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New Mexico State University

Issue: November 20

You can move roses and other plants late in the dormant season, or pot them now to plant later

Q. I need to move some climbing roses (Lady Banks) and honeysuckle bushes. All have been in the ground 2 years. When is the best time to move them? Can I move them to pots and plant them later in the year? Anything special I need to know? Thanks!

Mary Peschka

Las Cruces

A. The best time to move these plants is late in their dormant season. If you were to move them directly to their new location, January would be a good time for you. In other parts of the state February or March would be good times. The key is that they are dormant, but soon before growth resumes. You expressed an interest in moving them first to pots before planting in the new site. That is possible now in Southern New Mexico. Many temperate zone plants produce significant root growth in the fall as the tops are going dormant and afterwards. So, moving them to pots now will allow them to produce new roots. In colder parts of the state, gardeners can also move plants to pots, but with less benefit of additional root growth. An important consideration is that the soil in pots (above grade) will become colder than the soil in the ground. Roots do not develop as much hardiness as the shoots. This means you should keep the pots in a protected location where the soil in the pot will not become too cold. However, do not put it where the sun will shine directly on the pots generating too much heat in the soil. Burying the pots in the ground (up to their rims) or surrounding them with straw bales will help moderate the temperatures in the pots and protect against root damage. In January (Southern New Mexico), February (Middle Rio Grande region and Eastern New Mexico), and March (Northern New Mexico and high elevations) you can move the plants from the pots to their new growing locations. Prepare the planting site well (large area with amendments), water well after planting, and mulch the plants. New growth should develop within a couple of months.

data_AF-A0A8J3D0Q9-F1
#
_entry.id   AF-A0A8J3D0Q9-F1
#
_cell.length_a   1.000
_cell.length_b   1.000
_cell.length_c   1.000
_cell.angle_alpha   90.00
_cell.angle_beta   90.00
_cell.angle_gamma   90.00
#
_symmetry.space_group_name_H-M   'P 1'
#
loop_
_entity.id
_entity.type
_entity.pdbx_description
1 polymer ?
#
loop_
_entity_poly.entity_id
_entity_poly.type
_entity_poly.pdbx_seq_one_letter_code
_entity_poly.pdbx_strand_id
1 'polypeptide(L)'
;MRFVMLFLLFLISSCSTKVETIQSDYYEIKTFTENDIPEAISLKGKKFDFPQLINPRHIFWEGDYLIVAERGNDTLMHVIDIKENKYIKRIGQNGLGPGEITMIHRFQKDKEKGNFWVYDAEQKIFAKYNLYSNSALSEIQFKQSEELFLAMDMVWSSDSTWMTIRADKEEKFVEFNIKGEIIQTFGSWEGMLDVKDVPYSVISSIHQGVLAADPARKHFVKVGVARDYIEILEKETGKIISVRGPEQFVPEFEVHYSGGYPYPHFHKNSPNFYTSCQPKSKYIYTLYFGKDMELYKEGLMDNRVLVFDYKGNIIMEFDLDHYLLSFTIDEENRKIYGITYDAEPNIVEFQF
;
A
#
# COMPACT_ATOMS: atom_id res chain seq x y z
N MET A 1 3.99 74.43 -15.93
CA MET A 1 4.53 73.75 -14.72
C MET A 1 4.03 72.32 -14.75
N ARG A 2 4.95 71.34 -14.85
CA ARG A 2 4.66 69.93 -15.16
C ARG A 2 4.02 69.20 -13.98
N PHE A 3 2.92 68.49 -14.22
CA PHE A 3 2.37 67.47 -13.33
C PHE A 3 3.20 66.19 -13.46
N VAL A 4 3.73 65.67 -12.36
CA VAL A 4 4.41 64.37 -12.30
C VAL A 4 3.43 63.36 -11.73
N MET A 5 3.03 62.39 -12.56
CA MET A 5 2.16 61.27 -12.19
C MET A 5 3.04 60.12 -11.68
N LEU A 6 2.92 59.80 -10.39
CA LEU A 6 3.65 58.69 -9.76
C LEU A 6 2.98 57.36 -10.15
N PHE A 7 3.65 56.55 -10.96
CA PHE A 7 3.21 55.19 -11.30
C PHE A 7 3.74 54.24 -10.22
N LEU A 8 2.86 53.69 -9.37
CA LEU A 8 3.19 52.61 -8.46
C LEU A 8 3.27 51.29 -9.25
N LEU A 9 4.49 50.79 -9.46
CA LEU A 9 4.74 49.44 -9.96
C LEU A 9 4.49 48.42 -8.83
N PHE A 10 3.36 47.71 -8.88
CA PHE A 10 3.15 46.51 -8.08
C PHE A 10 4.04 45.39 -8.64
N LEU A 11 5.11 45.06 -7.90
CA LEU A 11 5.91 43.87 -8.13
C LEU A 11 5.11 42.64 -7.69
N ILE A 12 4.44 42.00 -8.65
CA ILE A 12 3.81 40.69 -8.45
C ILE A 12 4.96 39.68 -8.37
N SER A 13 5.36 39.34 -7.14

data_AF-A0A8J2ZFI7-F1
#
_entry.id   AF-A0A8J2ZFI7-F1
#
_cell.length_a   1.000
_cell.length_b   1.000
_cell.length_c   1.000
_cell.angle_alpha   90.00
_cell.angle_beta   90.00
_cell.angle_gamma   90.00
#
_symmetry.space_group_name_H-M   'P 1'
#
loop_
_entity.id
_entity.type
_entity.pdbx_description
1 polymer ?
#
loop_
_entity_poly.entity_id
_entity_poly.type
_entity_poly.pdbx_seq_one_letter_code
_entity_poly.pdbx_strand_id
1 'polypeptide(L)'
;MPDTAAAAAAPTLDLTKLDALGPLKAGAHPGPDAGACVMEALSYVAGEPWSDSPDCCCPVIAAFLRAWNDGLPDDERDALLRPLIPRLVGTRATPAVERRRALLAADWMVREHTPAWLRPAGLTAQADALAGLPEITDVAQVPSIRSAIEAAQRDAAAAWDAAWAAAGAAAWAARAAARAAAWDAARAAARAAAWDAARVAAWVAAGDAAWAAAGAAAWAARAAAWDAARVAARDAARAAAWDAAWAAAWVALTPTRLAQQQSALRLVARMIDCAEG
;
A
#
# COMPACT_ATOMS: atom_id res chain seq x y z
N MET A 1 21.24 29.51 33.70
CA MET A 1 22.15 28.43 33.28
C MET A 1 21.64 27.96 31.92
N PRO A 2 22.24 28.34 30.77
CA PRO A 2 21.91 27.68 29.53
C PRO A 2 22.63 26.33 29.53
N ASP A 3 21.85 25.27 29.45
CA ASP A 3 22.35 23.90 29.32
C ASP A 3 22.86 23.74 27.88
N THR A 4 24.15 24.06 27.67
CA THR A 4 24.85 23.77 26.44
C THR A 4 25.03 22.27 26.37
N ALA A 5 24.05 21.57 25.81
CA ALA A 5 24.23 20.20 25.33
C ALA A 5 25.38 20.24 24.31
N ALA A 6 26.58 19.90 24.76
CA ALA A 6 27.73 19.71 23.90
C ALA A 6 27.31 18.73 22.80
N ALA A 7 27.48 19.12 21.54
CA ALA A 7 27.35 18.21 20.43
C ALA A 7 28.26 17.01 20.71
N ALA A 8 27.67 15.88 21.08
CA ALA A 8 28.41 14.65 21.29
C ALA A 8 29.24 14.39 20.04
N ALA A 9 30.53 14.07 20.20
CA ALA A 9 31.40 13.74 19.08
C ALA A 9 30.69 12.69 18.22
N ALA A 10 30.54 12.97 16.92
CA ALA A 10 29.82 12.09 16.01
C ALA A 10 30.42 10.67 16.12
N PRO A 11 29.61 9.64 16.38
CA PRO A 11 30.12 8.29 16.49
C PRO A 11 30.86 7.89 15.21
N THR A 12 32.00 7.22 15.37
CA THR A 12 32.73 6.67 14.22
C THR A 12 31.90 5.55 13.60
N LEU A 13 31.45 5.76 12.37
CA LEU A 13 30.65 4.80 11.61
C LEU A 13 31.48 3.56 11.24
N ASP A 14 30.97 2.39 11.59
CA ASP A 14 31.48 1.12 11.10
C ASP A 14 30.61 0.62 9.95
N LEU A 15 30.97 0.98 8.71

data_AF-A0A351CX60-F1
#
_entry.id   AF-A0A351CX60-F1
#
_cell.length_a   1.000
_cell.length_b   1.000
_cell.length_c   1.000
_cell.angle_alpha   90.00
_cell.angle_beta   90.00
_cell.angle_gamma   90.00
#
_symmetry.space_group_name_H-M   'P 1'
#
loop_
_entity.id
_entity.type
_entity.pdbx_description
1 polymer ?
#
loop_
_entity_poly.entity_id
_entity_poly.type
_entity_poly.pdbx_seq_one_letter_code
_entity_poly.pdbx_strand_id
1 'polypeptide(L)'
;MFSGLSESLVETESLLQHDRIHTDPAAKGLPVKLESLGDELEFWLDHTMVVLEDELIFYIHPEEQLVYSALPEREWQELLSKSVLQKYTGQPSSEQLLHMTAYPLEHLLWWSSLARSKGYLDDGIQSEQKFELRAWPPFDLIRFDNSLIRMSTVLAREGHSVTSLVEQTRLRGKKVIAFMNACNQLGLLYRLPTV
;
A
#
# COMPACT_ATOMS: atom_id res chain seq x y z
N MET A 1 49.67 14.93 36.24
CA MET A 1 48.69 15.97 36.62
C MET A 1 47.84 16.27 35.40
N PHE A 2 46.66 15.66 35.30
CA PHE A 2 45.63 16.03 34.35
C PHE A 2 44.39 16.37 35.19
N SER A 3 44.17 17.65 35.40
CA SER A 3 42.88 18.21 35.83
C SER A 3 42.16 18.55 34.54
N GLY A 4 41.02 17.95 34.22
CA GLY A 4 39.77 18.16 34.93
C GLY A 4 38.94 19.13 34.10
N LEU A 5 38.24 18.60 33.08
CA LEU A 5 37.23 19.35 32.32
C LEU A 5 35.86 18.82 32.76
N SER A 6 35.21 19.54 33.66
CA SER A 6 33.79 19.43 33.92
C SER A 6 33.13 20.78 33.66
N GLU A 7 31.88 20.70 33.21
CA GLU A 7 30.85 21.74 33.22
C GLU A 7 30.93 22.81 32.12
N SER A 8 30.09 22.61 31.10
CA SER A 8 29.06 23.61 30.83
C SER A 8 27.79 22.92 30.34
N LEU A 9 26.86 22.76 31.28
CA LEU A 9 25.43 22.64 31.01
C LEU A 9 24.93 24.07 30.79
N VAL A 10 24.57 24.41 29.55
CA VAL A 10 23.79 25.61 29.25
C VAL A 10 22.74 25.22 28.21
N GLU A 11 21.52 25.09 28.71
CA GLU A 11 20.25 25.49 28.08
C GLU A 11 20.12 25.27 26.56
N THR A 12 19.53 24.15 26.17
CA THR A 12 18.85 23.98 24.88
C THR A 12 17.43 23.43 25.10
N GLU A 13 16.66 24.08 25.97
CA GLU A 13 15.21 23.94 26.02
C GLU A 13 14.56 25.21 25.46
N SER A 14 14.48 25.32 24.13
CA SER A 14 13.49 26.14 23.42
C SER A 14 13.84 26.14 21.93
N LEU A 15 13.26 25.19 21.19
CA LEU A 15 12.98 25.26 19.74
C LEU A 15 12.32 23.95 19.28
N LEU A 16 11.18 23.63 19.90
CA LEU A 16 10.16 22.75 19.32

For more gardening information, visit the NMSU Extension publications World Wide Web site at or

Send your gardening questions to:

Yard and Garden, ATTN: Dr. Curtis Smith
NMSU Cooperative Extension Service
9301 Indian School Road, NE, Suite 112
Albuquerque, NM 87112

Curtis W. Smith, Ph.D., is an Extension Horticulture Specialist with New Mexico State University's Cooperative Extension Service. New Mexico State University is an equal opportunity/affirmative action employer and educator.